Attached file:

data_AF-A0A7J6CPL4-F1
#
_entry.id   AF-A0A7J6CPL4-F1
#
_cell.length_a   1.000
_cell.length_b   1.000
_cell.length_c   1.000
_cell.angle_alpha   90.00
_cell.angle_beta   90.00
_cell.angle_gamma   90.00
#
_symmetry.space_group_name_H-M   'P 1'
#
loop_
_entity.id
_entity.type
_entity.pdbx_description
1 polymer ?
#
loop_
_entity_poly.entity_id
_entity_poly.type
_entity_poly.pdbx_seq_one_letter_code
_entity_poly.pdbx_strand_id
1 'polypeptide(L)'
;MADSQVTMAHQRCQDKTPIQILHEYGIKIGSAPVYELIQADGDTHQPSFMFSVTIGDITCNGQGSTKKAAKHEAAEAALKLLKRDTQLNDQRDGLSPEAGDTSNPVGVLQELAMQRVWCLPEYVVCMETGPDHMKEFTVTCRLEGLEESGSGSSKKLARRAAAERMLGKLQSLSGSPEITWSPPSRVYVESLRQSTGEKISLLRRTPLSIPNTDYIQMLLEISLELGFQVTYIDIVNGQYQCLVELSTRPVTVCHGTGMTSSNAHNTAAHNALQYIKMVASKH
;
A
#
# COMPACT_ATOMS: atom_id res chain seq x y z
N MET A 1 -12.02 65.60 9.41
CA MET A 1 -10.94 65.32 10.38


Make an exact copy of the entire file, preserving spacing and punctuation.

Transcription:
data_AF-A0A7J6CPL4-F1
#
_entry.id   AF-A0A7J6CPL4-F1
#
_cell.length_a   1.000
_cell.length_b   1.000
_cell.length_c   1.000
_cell.angle_alpha   90.00
_cell.angle_beta   90.00
_cell.angle_gamma   90.00
#
_symmetry.space_group_name_H-M   'P 1'
#
loop_
_entity.id
_entity.type
_entity.pdbx_description
1 polymer ?
#
loop_
_entity_poly.entity_id
_entity_poly.type
_entity_poly.pdbx_seq_one_letter_code
_entity_poly.pdbx_strand_id
1 'polypeptide(L)'
;MADSQVTMAHQRCQDKTPIQILHEYGIKIGSAPVYELIQADGDTHQPSFMFSVTIGDITCNGQGSTKKAAKHEAAEAALKLLKRDTQLNDQRDGLSPEAGDTSNPVGVLQELAMQRVWCLPEYVVCMETGPDHMKEFTVTCRLEGLEESGSGSSKKLARRAAAERMLGKLQSLSGSPEITWSPPSRVYVESLRQSTGEKISLLRRTPLSIPNTDYIQMLLEISLELGFQVTYIDIVNGQYQCLVELSTRPVTVCHGTGMTSSNAHNTAAHNALQYIKMVASKH
;
A
#
# COMPACT_ATOMS: atom_id res chain seq x y z
N MET A 1 -12.02 65.60 9.41
CA MET A 1 -10.94 65.32 10.38